The Presidency of the United States

This week we will demonstrate once again why the United States is the greatest nation on earth.  We will witness the most powerful man in the world voluntarily turn over that power to another person.  More than that, he vehemently disagrees with, if not dislikes, the person to whom he is relinquishing that power.  Two hundred twenty years ago we showed the world that it could be done and we have been demonstrating it ever since.  For most of us it is almost incomprehensible how much influence and authority POTUS can exert across the entire globe.

It’s been said that politics is a blood sport.  Any doubts to the contrary were certainly vanquished in the 2016 election.  Mr. Trump, in winning this election, overcame the largest field of primary candidates in one hundred years and effectively beat the largest field of presidential candidates in our country’s history.  (The electoral college vs. the popular vote discussion is not the focus of this post.)  For that reason alone President Trump deserves the respect that is due the most powerful man in the world.  This is not an appointed position, it is earned.

The Presidency is the center of the executive or administrative branch of our government.  And as the chief executive the president is expected to get things done.  This is where we need to separate persona from policy.  Mr. Trump’s persona is apparently an acquired taste.  As a person he is either admired or reviled.  There is very little middle ground.  However, we elect a president to execute policy.  Perhaps a pleasing and lovable persona will help with execution, but in the end it is about getting things done.  A frequently used comparison here is if you must have a complex and difficult surgery.  Do you want the surgeon with a great bedside manner and an 80% success rate or the surgeon with the personality of a door knob and a 98% success rate?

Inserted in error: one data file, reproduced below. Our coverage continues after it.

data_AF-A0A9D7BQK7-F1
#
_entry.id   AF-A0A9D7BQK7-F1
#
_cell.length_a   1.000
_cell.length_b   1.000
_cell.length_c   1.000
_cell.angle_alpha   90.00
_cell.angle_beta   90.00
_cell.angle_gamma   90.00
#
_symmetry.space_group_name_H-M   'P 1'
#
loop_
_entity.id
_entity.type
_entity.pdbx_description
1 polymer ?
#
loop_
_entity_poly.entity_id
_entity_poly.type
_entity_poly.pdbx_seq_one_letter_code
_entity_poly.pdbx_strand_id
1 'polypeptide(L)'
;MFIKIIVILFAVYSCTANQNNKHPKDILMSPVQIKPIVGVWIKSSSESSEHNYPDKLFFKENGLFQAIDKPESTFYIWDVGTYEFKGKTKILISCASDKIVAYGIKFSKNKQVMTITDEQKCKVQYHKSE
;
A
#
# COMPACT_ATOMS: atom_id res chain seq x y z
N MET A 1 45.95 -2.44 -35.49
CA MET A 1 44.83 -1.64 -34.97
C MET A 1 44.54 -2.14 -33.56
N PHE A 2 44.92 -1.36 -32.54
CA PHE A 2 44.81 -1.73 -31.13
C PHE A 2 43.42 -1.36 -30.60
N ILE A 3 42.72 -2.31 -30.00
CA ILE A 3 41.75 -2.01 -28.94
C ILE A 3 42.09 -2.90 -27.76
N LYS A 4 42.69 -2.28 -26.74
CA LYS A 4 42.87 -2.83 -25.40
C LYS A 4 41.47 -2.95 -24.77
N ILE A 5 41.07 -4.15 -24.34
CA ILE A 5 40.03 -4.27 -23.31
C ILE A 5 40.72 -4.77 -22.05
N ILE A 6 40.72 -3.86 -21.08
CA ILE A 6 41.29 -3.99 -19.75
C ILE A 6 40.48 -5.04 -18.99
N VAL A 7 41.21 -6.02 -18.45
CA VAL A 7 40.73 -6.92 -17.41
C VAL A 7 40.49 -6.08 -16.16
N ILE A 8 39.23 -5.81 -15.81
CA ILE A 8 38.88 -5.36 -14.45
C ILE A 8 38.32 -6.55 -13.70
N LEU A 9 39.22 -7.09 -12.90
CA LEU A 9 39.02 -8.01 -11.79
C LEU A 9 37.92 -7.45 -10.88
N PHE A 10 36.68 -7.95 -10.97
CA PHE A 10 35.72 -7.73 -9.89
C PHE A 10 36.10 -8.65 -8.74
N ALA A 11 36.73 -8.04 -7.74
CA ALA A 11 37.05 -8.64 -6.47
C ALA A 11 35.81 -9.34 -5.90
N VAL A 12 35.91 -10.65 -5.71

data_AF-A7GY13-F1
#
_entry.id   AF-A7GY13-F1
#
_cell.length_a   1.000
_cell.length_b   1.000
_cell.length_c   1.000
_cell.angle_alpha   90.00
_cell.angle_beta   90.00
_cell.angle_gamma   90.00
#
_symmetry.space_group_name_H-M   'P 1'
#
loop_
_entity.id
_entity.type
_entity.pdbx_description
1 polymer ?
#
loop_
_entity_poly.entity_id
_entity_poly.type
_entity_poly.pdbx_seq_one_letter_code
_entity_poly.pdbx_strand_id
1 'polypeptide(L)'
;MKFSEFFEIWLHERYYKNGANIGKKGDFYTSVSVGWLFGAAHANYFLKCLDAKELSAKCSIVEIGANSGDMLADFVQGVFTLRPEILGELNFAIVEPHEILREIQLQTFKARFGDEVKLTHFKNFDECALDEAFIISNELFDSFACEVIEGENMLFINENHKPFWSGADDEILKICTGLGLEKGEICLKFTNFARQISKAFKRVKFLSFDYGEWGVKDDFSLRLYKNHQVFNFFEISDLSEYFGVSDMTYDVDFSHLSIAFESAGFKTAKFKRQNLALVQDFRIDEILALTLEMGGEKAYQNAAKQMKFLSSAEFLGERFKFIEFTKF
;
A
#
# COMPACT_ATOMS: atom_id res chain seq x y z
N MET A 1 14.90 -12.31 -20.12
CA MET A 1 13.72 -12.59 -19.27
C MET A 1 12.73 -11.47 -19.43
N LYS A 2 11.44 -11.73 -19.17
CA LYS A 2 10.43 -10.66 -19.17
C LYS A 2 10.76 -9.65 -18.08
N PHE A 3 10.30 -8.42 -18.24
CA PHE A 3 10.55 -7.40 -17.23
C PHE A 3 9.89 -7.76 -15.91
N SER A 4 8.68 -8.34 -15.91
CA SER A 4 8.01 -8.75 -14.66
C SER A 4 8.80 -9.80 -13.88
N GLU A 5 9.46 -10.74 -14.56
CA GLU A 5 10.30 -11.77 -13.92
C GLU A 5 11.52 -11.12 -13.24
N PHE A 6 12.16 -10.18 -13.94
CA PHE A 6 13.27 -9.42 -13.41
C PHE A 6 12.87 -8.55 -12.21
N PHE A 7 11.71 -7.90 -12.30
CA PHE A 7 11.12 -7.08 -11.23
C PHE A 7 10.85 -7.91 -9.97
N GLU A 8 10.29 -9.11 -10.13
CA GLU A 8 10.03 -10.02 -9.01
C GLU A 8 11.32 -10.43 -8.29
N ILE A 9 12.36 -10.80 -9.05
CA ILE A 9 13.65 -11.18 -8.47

The legitimate contenders for the office of the President of the United States are, to a person, exceptional people.  We need to bear in mind that we are deciding between individuals that represent the best that this country has to offer.  And for that reason they all deserve our respect.

Criticism of policy is the essence of democracy and politics.  It is always fair game.  What occurs in every election is the crossover of critiquing persona and policy.   Many will argue that we base our vote on the candidate’s persona rather than his/her policies as perhaps it should be.  It is each voter’s right to do so, but in this most recent election it looks like policy won the day.

On a personal note, I have the utmost respect for President Obama as a person and the occupant of the most powerful office in the world.  He earned it (twice) and as such deserves my respect.  He is a very likable person as is reflected in his popularity.  As a conservative, I view his policy initiatives as some of the most destructive I can recall in my lifetime and the racial divisiveness fostered in the past decade the worst since the sixties.  President Obama pursued his belief system and stood up for his beliefs.  I have to respect at least that.  President Donald Trump should be accorded no less, no matter where you reside on the political spectrum.

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